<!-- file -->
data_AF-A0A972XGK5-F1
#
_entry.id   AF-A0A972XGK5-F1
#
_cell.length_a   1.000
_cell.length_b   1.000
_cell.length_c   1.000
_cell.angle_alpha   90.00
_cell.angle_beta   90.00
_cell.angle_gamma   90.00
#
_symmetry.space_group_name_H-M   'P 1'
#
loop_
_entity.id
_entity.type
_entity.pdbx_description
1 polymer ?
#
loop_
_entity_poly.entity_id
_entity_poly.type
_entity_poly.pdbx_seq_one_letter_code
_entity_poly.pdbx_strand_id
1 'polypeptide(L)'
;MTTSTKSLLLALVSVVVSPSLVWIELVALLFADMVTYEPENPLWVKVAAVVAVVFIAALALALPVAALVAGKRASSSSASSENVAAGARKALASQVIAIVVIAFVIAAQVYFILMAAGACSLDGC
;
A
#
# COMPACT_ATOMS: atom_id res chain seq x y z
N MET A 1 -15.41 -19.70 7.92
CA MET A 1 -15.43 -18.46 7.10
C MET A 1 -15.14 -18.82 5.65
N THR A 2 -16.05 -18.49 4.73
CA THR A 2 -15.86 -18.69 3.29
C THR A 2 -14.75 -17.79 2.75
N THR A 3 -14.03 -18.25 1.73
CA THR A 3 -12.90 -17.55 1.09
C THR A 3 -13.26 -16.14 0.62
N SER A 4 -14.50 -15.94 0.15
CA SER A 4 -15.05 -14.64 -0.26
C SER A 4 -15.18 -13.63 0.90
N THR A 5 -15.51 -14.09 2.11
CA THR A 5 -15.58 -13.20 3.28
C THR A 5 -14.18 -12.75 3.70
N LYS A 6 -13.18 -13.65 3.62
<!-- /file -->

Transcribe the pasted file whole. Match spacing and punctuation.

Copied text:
data_AF-A0A972XGK5-F1
#
_entry.id   AF-A0A972XGK5-F1
#
_cell.length_a   1.000
_cell.length_b   1.000
_cell.length_c   1.000
_cell.angle_alpha   90.00
_cell.angle_beta   90.00
_cell.angle_gamma   90.00
#
_symmetry.space_group_name_H-M   'P 1'
#
loop_
_entity.id
_entity.type
_entity.pdbx_description
1 polymer ?
#
loop_
_entity_poly.entity_id
_entity_poly.type
_entity_poly.pdbx_seq_one_letter_code
_entity_poly.pdbx_strand_id
1 'polypeptide(L)'
;MTTSTKSLLLALVSVVVSPSLVWIELVALLFADMVTYEPENPLWVKVAAVVAVVFIAALALALPVAALVAGKRASSSSASSENVAAGARKALASQVIAIVVIAFVIAAQVYFILMAAGACSLDGC
;
A
#
# COMPACT_ATOMS: atom_id res chain seq x y z
N MET A 1 -15.41 -19.70 7.92
CA MET A 1 -15.43 -18.46 7.10
C MET A 1 -15.14 -18.82 5.65
N THR A 2 -16.05 -18.49 4.73
CA THR A 2 -15.86 -18.69 3.29
C THR A 2 -14.75 -17.79 2.75
N THR A 3 -14.03 -18.25 1.73
CA THR A 3 -12.90 -17.55 1.09
C THR A 3 -13.26 -16.14 0.62
N SER A 4 -14.50 -15.94 0.15
CA SER A 4 -15.05 -14.64 -0.26
C SER A 4 -15.18 -13.63 0.90
N THR A 5 -15.51 -14.09 2.11
CA THR A 5 -15.58 -13.20 3.28
C THR A 5 -14.18 -12.75 3.70
N LYS A 6 -13.18 -13.65 3.62